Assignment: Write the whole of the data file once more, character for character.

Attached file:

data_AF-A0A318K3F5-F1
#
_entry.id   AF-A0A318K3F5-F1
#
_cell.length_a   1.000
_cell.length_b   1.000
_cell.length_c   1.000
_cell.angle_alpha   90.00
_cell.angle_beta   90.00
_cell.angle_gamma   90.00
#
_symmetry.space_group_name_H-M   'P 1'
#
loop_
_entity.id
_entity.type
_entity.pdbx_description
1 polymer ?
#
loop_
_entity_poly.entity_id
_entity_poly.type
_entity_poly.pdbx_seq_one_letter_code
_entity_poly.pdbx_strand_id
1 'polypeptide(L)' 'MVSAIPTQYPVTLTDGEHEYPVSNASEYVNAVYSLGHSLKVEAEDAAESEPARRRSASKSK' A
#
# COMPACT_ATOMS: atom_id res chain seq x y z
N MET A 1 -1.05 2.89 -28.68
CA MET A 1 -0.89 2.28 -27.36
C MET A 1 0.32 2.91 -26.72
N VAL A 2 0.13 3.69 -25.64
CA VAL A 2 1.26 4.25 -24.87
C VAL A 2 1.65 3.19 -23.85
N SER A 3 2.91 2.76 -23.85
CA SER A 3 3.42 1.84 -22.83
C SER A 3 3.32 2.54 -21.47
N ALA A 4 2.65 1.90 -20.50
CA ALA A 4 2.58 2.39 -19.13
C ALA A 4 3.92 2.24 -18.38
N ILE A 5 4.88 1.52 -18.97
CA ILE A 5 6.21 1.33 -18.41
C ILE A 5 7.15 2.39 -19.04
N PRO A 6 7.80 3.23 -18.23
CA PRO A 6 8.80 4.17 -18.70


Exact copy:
data_AF-A0A318K3F5-F1
#
_entry.id   AF-A0A318K3F5-F1
#
_cell.length_a   1.000
_cell.length_b   1.000
_cell.length_c   1.000
_cell.angle_alpha   90.00
_cell.angle_beta   90.00
_cell.angle_gamma   90.00
#
_symmetry.space_group_name_H-M   'P 1'
#
loop_
_entity.id
_entity.type
_entity.pdbx_description
1 polymer ?
#
loop_
_entity_poly.entity_id
_entity_poly.type
_entity_poly.pdbx_seq_one_letter_code
_entity_poly.pdbx_strand_id
1 'polypeptide(L)' 'MVSAIPTQYPVTLTDGEHEYPVSNASEYVNAVYSLGHSLKVEAEDAAESEPARRRSASKSK' A
#
# COMPACT_ATOMS: atom_id res chain seq x y z
N MET A 1 -1.05 2.89 -28.68
CA MET A 1 -0.89 2.28 -27.36
C MET A 1 0.32 2.91 -26.72
N VAL A 2 0.13 3.69 -25.64
CA VAL A 2 1.26 4.25 -24.87
C VAL A 2 1.65 3.19 -23.85
N SER A 3 2.91 2.76 -23.85
CA SER A 3 3.42 1.84 -22.83
C SER A 3 3.32 2.54 -21.47
N ALA A 4 2.65 1.90 -20.50
CA ALA A 4 2.58 2.39 -19.13
C ALA A 4 3.92 2.24 -18.38
N ILE A 5 4.88 1.52 -18.97
CA ILE A 5 6.21 1.33 -18.41
C ILE A 5 7.15 2.39 -19.04
N PRO A 6 7.80 3.23 -18.23
CA PRO A 6 8.80 4.17 -18.70